Conservation biology

 

Conservation biology is the management of nature and of Earth's biodiversity with the aim of protecting species, their habitats, and ecosystems from excessive rates of extinction and the erosion of biotic interactions. It is an interdisciplinary subject drawing on natural and social sciences, and the practice of natural resource management.
Conservation biologists research and educate on the trends and process of biodiversity loss, species extinctions, and the negative effect these are having on our capabilities to sustain the well-being of human society. Conservation biologists work in the field and office, in government, universities, non-profit organizations and industry. The topics of their research are diverse, because this is an interdisciplinary network with professional alliances in the biological as well as social sciences. Those dedicated to the cause and profession advocate for a global response to the current biodiversity crisis based on morals, ethics, and scientific reason. Organizations and citizens are responding to the biodiversity crisis through conservation action plans that direct research, monitoring, and education programs that engage concerns at local through global scales.
From this principle, conservation biologists can trace communal resource based ethics throughout cultures as a solution to communal resource conflict. For example, the Alaskan Tlingit peoples and the Haida of the Pacific Northwest had resource boundaries, rules, and restrictions among clans with respect to the fishing of sockeye salmon. These rules were guided by clan elders who knew lifelong details of each river and stream they managed. There are numerous examples in history where cultures have followed rules, rituals, and organized practice with respect to communal natural resource management.
Before Charles Darwin set sail on HMS Beagle, most people in the world, including Darwin, believed in special creation and that all species were unchanged.George-Louis Leclerc was one of the first naturalist that questioned this belief. He proposed in his 44 volume natural history book that species evolve due to environmental influences. Erasmus Darwin was also a naturalist who also suggested that species evolved. Erasmus Darwin noted that some species have vestigial structures which are anatomical structures that have no apparent function in the species currently but would have been useful for the species' ancestors. The thinking of these early 18th century naturalist helped to change the mindset and thinking of the early 19th century naturalist.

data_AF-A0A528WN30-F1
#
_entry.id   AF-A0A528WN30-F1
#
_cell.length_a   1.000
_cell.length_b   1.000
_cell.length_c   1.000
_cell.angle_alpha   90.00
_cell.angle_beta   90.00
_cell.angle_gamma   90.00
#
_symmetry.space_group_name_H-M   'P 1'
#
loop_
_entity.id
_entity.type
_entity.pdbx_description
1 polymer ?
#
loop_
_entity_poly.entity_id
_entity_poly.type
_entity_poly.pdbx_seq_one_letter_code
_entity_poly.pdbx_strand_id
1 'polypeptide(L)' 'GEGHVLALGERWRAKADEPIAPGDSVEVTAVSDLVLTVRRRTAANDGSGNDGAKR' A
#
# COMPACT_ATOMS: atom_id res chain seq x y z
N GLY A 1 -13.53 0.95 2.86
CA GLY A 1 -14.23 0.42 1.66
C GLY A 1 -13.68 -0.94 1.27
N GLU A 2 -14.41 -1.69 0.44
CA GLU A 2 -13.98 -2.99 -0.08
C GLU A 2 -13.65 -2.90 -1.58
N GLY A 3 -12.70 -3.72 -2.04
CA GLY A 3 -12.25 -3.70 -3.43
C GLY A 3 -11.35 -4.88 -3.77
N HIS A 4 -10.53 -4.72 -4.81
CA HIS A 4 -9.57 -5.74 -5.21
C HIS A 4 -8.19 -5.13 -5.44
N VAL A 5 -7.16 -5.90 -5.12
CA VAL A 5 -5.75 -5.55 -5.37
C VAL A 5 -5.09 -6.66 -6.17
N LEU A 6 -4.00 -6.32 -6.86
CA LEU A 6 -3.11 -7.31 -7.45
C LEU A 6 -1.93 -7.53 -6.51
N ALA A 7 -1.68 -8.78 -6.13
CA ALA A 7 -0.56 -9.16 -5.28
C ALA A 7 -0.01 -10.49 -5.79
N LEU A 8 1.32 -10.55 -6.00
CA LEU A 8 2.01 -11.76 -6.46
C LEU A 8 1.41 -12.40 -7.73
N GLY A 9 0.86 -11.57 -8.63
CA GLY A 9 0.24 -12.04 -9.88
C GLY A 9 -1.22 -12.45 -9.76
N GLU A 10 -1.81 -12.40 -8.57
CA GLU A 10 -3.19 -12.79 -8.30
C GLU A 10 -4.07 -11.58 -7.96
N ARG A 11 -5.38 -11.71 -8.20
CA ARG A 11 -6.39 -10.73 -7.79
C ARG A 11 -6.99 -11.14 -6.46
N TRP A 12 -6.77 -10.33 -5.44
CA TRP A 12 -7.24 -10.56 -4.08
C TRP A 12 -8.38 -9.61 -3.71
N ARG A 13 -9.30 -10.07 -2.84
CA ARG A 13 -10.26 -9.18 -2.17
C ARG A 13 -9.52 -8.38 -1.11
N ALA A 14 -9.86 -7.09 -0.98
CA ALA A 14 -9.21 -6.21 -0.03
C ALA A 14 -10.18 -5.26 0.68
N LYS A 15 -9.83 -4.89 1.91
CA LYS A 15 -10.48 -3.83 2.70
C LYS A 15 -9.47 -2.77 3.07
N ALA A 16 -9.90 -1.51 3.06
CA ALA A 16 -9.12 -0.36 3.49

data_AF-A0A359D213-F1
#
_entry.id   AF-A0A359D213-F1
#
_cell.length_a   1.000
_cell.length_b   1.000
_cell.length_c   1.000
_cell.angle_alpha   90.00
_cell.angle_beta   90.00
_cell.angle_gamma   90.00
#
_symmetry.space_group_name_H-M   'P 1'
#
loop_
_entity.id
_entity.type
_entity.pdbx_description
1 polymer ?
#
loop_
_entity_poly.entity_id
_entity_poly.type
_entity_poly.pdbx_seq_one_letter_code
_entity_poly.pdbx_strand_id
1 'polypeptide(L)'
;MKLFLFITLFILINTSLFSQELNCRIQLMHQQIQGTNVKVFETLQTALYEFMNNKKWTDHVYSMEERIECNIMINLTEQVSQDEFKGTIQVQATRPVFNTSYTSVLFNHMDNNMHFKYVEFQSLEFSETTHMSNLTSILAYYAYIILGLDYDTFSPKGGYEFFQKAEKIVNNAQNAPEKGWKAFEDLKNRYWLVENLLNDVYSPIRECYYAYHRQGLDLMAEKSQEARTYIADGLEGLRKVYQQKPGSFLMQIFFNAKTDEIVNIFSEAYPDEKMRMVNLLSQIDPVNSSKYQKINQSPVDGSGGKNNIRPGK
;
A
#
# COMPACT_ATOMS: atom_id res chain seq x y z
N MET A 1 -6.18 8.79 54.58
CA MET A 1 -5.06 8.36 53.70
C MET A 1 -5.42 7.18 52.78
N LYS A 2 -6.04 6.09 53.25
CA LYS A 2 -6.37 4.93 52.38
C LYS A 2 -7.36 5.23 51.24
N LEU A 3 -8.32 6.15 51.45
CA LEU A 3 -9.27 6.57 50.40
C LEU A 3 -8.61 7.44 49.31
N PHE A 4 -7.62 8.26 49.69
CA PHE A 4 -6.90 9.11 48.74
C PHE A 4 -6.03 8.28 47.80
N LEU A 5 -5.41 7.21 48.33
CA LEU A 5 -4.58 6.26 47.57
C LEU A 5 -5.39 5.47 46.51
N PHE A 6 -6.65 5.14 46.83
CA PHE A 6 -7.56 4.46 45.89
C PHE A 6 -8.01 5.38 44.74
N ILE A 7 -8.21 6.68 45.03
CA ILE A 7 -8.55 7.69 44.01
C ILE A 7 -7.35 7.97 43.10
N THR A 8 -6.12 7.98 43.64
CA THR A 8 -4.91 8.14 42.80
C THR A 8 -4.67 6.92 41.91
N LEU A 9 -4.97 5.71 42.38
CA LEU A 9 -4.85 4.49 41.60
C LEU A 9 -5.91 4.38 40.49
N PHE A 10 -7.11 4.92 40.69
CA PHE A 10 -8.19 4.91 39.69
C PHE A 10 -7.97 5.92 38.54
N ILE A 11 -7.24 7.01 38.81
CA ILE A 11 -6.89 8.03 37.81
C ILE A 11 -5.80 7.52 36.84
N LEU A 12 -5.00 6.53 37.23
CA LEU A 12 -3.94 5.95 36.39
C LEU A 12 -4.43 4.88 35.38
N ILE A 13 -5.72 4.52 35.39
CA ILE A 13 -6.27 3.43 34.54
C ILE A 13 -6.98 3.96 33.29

The term conservation came into widespread use in the late 19th century and referred to the management, mainly for economic reasons, of such natural resources as timber, fish, game, topsoil, pastureland, and minerals. In addition it referred to the preservation of forests (forestry), wildlife (wildlife refuge), parkland, wilderness, and watersheds. This period also saw the passage of the first conservation legislation and the establishment of the first nature conservation societies. The Sea Birds Preservation Act of 1869 was passed in Britain as the first nature protection law in the world after extensive lobbying from the Association for the Protection of Seabirds and the respected ornithologist Alfred Newton. Newton was also instrumental in the passage of the first Game laws from 1872, which protected animals during their breeding season so as to prevent the stock from being brought close to extinction.
Extinction rates are measured in a variety of ways. Conservation biologists measure and apply statistical measures of fossil records, rates of habitat loss, and a multitude of other variables such as loss of biodiversity as a function of the rate of habitat loss and site occupancy to obtain such estimates. The Theory of Island Biogeography is possibly the most significant contribution toward the scientific understanding of both the process and how to measure the rate of species extinction. The current background extinction rate is estimated to be one species every few years.